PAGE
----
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McNally
Sep 12, 2007

Ask me about Proposition 305


Do you like muskets?


In 1811 inventor John Hall patented his design for a breechloading rifle that would become the first mass-produced breechloader ever to be adopted by any country...

in the world.


He successfully submitted his design to the Ordnance Department for testing, resulting in a contract for 100 rifles in 1817 so they could perform the tests. His design was found to be superior in every way to the muzzleloading rifles then in service, leading to a larger order and the adoption of the Model 1819 rifle. They would be made under Hall's supervision at the national arsenal at Harpers Ferry, who would also oversee the construction and installation of the machinery needed to produce the rifle.

You see, Hall's design wasn't merely the first breechloader in US service. It was also the first firearm ever produced that was completely interchangeable.



It is, however, a rather odd looking gun.





With the hammer on the top of the breech block, the sights need to be offset to the left.



This, hilariously, includes the front sight.



The breech is opened by means of the trigger-looking lever in front of the actual trigger.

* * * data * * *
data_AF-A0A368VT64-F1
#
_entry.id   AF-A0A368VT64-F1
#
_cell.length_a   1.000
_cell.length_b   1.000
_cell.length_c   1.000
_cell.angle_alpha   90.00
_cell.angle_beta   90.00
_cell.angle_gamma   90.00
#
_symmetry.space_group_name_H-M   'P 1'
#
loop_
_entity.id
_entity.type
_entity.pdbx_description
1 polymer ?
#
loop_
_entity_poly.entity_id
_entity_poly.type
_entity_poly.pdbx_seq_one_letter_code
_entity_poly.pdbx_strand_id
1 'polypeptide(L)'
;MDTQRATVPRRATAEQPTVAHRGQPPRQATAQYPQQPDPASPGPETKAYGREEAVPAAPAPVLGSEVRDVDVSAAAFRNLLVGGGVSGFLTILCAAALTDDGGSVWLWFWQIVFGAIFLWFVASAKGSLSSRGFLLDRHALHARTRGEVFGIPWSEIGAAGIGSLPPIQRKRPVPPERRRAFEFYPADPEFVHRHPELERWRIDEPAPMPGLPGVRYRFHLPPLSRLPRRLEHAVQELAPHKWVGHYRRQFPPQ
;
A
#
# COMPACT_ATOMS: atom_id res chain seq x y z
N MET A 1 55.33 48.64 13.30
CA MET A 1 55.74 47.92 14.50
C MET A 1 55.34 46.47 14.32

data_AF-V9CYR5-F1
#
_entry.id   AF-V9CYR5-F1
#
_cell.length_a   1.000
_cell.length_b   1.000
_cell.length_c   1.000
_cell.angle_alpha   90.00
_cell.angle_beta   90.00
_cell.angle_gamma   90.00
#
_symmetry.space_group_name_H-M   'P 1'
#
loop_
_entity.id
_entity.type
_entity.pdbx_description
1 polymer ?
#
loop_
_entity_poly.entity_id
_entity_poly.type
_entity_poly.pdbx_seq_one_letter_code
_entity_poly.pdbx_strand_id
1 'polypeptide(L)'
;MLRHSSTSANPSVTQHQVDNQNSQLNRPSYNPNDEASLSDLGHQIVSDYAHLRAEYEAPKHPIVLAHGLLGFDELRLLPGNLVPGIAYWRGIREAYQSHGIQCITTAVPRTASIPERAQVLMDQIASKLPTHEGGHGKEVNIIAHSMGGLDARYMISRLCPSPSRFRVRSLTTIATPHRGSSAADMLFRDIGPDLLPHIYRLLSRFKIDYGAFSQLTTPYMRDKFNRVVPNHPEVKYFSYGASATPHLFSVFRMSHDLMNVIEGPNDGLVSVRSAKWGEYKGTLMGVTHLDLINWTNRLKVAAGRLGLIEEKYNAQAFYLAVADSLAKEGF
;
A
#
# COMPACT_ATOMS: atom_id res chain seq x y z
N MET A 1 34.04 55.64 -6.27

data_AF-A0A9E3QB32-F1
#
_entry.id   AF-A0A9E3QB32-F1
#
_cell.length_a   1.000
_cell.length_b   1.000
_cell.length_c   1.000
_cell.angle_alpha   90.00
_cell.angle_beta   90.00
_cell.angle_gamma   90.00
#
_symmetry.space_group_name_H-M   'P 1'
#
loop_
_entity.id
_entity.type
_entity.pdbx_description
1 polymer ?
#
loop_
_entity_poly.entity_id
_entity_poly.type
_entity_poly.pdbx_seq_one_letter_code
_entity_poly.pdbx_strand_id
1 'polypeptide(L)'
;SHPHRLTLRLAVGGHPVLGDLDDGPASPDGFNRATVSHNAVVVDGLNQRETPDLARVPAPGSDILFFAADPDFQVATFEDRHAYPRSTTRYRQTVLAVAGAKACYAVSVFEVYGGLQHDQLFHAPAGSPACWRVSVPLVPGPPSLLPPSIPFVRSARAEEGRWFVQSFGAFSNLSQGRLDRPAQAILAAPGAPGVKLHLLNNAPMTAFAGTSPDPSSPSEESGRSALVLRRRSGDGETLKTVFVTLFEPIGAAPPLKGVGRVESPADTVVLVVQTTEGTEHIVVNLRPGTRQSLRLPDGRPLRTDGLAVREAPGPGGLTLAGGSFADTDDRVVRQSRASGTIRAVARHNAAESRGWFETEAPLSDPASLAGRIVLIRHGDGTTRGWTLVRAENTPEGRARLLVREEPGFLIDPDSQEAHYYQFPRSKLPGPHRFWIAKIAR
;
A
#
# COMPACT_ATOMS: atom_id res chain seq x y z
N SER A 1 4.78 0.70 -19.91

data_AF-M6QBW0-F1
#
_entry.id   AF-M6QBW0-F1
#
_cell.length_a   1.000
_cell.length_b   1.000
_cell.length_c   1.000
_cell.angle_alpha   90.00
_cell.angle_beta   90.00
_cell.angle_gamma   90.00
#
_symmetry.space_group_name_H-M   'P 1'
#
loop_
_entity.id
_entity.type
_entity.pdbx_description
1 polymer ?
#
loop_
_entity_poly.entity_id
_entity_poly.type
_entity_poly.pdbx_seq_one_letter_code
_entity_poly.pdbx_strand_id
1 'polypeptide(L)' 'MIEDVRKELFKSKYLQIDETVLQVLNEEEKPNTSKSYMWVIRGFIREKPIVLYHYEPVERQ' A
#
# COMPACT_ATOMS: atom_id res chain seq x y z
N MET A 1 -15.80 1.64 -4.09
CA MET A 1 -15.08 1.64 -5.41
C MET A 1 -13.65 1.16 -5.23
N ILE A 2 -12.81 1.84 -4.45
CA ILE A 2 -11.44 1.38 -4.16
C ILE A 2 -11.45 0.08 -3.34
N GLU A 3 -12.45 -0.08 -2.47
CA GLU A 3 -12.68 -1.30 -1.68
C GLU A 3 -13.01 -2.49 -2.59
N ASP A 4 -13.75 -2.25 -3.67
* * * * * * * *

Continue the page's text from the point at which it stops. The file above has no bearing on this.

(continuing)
This is what latches the breech in place.





The breechblock then tips up and you then load the chamber and make ready to fire.



About 20,000 Model 1819 Hall rifles were constructed at Harpers Ferry from 1823 to 1840. There was also two model of carbines produced and a further run of percussion rifles in the 1840s. Initially made as flintlocks, the Model 1819 was, like most rockbangers in inventory, converted to percussion in the 1850s.

How did Hall achieve parts interchangeability in 1811? Maching tooling of the time wasn't capable of that level of precision. The answer is actually fairly simple: He made all the parts to fit a set of jigs. If you can't make them to standard, hand-fit them all to standard. He made tools more better.

Forgotten Weapons has a pretty good episode on the Model 1819 and goes into more detail than I can at the moment. All the books about Halls are out of print and cost $Yikes.

McNally fucked around with this message at 05:47 on Sep 28, 2020

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McNally
Sep 12, 2007

Ask me about Proposition 305


Do you like muskets?


Somebody Awful posted:

According to the FW video, hand-fitting to jigs is what Hall's predecessors were doing when they claimed to have interchangeable parts. Hall's own lasting contribution was less the rifle and more the machine tools he spent several years inventing so he could manufacture parts that would interchange straight out of the box.

gently caress, goddamned unreliable brain memory.

McNally
Sep 12, 2007

Ask me about Proposition 305


Do you like muskets?


Cyrano4747 posted:

Goddamn that is bizarre and interesting.

You're getting into some rarified air with these old rifles.

What was the military service like for these? Why weren't they adopted more widely? I'm guessing cost was prohibitive compared to your typical muzzle loader? Who ended up carrying them?